Jonathon Carr-Brown and Peter Almond
By The Sunday Times Online
THE government is preparing a radical reshaping of the armed forces, including plans to cut the number of nuclear-powered attack submarines by almost half.
The move, which has alarmed some senior commanders, is expected to mark a shift in defence spending, with conventional weapons such as tanks, artillery and ships cut back to make way for a new "digital" arsenal.
More investment will go into smart bombs, unmanned aircraft and computer systems that allow commanders to control a battle in "real time" from thousands of miles away.
Ministers are said to believe that radical change is needed to keep the British armed forces effective and compatible with those of the United States. But the changes are being planned within existing budgets and will necessitate deep cuts in many areas.
In a white paper to be published later this year, the Ministry of Defence (MoD) is expected to propose the scrapping of at least two and possibly three of its nuclear-powered attack submarines in addition to the two vessels already due to be scrapped under the 1998 strategic defence review. This would reduce the fleet from 12 to just seven. Britain will, however, separately retain its four Trident submarines, which provide the country's nuclear deterrent.
The army has been told to look at cutting 42 Challenger 2 tanks and at least 15 AS90 self-propelled field guns. The RAF may have to reduce its order for 232 new Eurofighters by at least a third. Air force and navy orders for the joint strike fighter could fall from 160 to 110.
The navy is being told that the programme to replace Type 42 frigates with new Type 45 ships could be curtailed. In addition, only six Type 23s will be given new sonar designed to detect diesel-electric submarines, deployed by countries such as Iran.
The knock-on effects would see corresponding cuts in maintenance and logistical personnel, shrinking Britain's military even further. It is already known as "the best small army in the world".
The push for change started after the September 11 attacks on America, with planners arguing that Britain needs a lighter, more flexible army. "Military punch" is out, in favour of "effects rather than numbers".
The war in Iraq has provided ammunition for new thinkers and traditionalists alike. It was won in short order with relatively few troops, with a vanguard of high-tech special forces supported by drones and smart bombs. But heavy tanks proved vital.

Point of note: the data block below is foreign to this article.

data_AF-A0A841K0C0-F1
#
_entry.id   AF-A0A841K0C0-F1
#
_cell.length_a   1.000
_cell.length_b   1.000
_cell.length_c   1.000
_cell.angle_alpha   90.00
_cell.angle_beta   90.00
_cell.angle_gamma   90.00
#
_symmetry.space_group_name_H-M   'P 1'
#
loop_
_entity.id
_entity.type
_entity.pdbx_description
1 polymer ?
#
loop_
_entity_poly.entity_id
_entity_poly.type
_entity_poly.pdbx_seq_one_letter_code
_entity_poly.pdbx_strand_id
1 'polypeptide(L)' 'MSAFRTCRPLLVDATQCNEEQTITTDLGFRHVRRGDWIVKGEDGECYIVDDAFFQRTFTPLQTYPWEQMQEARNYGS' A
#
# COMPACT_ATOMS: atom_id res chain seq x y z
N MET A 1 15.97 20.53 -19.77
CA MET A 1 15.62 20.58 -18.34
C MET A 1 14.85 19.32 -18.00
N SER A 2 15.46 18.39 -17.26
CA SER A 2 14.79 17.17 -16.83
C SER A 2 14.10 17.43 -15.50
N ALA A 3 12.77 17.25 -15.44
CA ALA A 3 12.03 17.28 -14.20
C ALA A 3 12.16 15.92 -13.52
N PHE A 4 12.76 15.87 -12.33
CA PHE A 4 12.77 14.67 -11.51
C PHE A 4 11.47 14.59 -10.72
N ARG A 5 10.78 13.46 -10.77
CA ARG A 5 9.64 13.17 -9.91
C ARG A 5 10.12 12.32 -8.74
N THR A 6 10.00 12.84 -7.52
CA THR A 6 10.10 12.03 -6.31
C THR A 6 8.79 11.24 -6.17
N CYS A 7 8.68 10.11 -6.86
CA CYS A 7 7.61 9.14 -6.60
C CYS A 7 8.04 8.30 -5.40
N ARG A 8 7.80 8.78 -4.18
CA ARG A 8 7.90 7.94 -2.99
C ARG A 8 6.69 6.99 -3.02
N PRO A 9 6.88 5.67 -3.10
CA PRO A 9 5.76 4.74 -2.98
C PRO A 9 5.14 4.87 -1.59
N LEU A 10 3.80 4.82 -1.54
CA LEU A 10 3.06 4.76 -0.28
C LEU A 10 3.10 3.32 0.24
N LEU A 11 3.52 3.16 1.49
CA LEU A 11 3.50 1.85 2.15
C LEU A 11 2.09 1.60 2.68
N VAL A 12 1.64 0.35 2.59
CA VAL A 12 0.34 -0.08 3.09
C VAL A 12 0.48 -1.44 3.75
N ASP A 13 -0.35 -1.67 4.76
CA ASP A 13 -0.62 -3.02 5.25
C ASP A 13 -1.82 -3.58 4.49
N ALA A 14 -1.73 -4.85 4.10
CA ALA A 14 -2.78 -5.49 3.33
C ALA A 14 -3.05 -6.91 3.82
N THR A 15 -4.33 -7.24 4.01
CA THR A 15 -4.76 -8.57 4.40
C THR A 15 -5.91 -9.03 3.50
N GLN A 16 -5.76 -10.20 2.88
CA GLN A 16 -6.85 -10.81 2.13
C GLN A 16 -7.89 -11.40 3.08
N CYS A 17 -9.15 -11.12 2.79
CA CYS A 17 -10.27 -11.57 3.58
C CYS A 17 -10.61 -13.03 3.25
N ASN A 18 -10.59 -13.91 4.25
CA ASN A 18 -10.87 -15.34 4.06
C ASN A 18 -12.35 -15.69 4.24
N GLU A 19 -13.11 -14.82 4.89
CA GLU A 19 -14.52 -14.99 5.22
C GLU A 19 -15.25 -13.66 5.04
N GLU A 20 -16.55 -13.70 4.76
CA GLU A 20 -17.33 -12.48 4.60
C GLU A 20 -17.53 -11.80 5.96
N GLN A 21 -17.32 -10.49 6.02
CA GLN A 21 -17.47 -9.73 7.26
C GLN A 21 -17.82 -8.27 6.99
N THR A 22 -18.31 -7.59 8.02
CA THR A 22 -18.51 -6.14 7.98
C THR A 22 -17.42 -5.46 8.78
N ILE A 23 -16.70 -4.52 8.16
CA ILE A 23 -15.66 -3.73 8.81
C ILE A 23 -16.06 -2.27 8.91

Advocates of a lighter military want to see investment shifted to the purchase of more unmanned aircraft. They also want soldiers equipped with "mini-drones" so that they can survey the battlefield. The US Marines already have a drone called Dragon Eye that can be carried in a backpack.
In the future such aircraft could be as small as 6in long; drone helicopters are also being developed to avoid the need for landing strips.
Military planners think that Apache helicopters can replace much of the tank's firepower. Heavy tanks such as the Challenger 2 are thought to be too cumbersome to transport. During the Iraq war 10 huge C-17 aircraft were needed to transport just 10 65-ton M1-A2 tanks to an airstrip in the north of the country.
The MoD is expected to announce in the coming months a contract for a much lighter armoured vehicle that can take almost as much punishment as a heavy tank. The US has commissioned and is considering replacing at least a division of heavy tanks with Stryker light tanks and armoured vehicles.
British platoons were able to talk to one another on the battlefield in Iraq using new Bowman personal radios; but they are still a long way behind the Americans in terms of military communications. Every tank in the "digitised" US 4th Infantry Division can display a real-time video map of the battlefield, drastically reducing the probability of friendly fire incidents.
The Royal Navy is looking at a similar communication system which co-ordinates the defences of ships against attacking aircraft.
However, there is widespread concern among all the armed services that reconfiguring the military into smaller, high-tech forces will mean Britain does not have enough of anything to make a real difference in future campaigns.
Some senior army officers are convinced that the war has shown that we have already given up too much heavy punching power. "It was tanks and artillery that pushed us forward in Iraq," said one general. "Even when it is not knocking out other armour, a tank at a crossroads in town sends a powerful message of control."
Britain spends £24.5 billion a year on defence. This will climb to £27.4 billion by 2006, but in terms of gross domestic product, investment will slip from 2.5% to 2.2%, according to Treasury figures.
This means the MoD has to choose between technology and size. General Wesley Clark, the American former supreme commander of Nato, said last week: "The British force [in Iraq] is badly in need of increased resources. Already it is perhaps a generation behind the best available technology in some areas."
What do the military type people think? Is this a good move?
Edited by Certifiably Cait, 27 August 2012 - 02:25 PM.